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On April 18, 2017, the Department of Health and Human Services’ (HHS) Centers for Medicare & Medicaid Services (CMS) published its final rule regarding Patient Protection and Affordable Care Act (ACA) market stabilization.

The rule amends standards relating to special enrollment periods, guaranteed availability, and the timing of the annual open enrollment period in the individual market for the 2018 plan year, standards related to network adequacy and essential community providers for qualified health plans, and the rules around actuarial value requirements.

The proposed changes primarily affect the individual market. However, to the extent that employers have fully-insured plans, some of the proposed changes will affect those employers’ plans because the changes affect standards that apply to issuers.

The regulations are effective on June 17, 2017.

Among other things impacting group plans, the rule provided clarifications to the scope of the guaranteed availability policy regarding unpaid premiums. The guaranteed availability provisions require health insurance issuers offering non-grandfathered coverage in the individual or group market to offer coverage to and accept every individual and employer that applies for such coverage unless an exception applies. Individuals and employers must usually pay the first month’s premium to activate coverage.

CMS previously interpreted the guaranteed availability provisions so that a consumer would be allowed to purchase coverage under a different product without having to pay past due premiums. Further, if an individual tried to renew coverage in the same product with the same issuer, then the issuer could apply the enrollee’s upcoming premium payments to prior non-payments.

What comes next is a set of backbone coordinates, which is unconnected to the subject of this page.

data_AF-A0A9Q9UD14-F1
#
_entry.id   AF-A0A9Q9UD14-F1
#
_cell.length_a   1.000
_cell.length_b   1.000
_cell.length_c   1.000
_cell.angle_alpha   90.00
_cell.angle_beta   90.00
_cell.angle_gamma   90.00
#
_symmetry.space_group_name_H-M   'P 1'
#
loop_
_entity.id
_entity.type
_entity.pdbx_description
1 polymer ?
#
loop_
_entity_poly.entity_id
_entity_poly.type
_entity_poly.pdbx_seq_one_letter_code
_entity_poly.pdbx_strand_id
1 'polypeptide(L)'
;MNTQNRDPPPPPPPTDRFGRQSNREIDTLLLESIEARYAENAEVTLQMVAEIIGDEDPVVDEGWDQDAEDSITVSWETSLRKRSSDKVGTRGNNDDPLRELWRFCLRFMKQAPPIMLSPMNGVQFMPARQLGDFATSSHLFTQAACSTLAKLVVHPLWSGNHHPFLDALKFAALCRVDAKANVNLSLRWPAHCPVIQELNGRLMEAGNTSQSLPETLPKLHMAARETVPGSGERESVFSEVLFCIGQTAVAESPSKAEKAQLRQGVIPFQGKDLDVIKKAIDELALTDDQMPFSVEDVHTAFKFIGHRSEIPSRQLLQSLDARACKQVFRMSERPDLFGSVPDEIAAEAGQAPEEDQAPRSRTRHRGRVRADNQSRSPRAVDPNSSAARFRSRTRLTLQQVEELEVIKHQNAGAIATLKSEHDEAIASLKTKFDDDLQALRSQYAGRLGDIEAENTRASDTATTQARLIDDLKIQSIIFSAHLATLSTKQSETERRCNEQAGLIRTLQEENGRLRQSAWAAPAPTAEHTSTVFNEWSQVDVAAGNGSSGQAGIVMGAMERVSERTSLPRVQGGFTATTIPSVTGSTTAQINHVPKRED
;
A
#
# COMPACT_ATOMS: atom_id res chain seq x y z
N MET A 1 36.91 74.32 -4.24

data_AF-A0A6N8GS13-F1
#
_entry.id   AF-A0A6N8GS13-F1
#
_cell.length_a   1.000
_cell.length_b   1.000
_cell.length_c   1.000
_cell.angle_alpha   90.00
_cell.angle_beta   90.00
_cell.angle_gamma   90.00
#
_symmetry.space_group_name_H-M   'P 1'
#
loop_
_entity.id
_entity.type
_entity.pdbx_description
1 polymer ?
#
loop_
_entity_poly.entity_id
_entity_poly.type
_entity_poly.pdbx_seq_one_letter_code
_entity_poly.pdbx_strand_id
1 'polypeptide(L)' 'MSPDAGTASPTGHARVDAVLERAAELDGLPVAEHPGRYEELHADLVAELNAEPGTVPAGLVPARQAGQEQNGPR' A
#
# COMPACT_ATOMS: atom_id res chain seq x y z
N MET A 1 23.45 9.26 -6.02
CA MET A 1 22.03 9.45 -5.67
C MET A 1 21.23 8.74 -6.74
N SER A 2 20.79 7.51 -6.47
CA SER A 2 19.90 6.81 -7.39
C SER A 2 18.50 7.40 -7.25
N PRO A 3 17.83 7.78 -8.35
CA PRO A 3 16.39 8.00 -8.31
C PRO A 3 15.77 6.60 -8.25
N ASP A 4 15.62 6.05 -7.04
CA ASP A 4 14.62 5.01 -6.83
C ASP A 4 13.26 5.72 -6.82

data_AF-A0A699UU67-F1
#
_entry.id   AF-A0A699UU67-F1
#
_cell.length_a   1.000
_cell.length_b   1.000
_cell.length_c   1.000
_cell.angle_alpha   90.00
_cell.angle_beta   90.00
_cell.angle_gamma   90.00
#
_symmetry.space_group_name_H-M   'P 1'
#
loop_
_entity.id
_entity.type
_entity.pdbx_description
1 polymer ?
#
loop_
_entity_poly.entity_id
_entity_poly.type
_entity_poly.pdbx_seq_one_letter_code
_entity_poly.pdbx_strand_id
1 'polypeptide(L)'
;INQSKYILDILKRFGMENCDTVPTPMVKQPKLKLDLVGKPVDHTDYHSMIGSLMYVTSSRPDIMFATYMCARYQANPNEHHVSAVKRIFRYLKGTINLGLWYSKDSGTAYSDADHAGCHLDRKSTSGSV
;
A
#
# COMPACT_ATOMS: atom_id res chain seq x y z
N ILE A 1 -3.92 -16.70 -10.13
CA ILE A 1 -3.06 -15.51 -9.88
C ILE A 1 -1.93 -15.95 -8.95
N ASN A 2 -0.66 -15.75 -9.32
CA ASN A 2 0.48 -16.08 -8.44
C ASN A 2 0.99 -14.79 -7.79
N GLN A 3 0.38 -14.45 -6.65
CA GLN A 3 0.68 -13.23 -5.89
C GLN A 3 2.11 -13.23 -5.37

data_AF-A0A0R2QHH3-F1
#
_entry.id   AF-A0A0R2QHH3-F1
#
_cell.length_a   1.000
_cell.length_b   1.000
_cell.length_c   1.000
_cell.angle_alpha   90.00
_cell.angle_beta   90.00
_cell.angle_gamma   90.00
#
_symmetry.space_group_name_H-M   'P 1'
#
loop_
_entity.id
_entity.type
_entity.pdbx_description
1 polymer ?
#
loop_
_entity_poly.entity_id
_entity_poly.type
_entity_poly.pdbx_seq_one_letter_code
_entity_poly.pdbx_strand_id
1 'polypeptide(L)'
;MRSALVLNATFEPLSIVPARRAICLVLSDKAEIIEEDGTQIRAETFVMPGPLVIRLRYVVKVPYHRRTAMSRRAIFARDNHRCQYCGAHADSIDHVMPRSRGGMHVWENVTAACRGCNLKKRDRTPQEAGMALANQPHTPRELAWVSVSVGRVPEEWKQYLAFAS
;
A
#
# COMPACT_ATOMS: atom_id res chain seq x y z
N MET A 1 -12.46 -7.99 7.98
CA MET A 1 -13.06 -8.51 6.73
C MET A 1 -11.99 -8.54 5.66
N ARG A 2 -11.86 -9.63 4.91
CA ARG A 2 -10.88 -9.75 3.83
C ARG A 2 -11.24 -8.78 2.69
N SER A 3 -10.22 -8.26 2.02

Under the final rule and as permitted by state law, an issuer may apply the initial premium payment to any past-due premium amounts owed to that issuer. If the issuer is part of a controlled group, the issuer may apply the initial premium payment to any past-due premium amounts owed to any other issuer that is a member of that controlled group, for coverage in the 12-month period preceding the effective date of the new coverage.

Practically speaking, when an individual or employer makes payment in the amount required to trigger coverage and the issuer lawfully credits all or part of that amount to past-due premiums, the issuer will determine that the consumer made insufficient initial payment for new coverage.

This policy applies both inside and outside of the Exchanges in the individual, small group, and large group markets, and during applicable open enrollment or special enrollment periods.

This policy does not permit a different issuer (other than one in the same controlled group as the issuer to which past-due premiums are owed) to condition new coverage on payment of past-due premiums or permit any issuer to condition new coverage on payment of past-due premiums by any individual other than the person contractually responsible for the payment of premiums.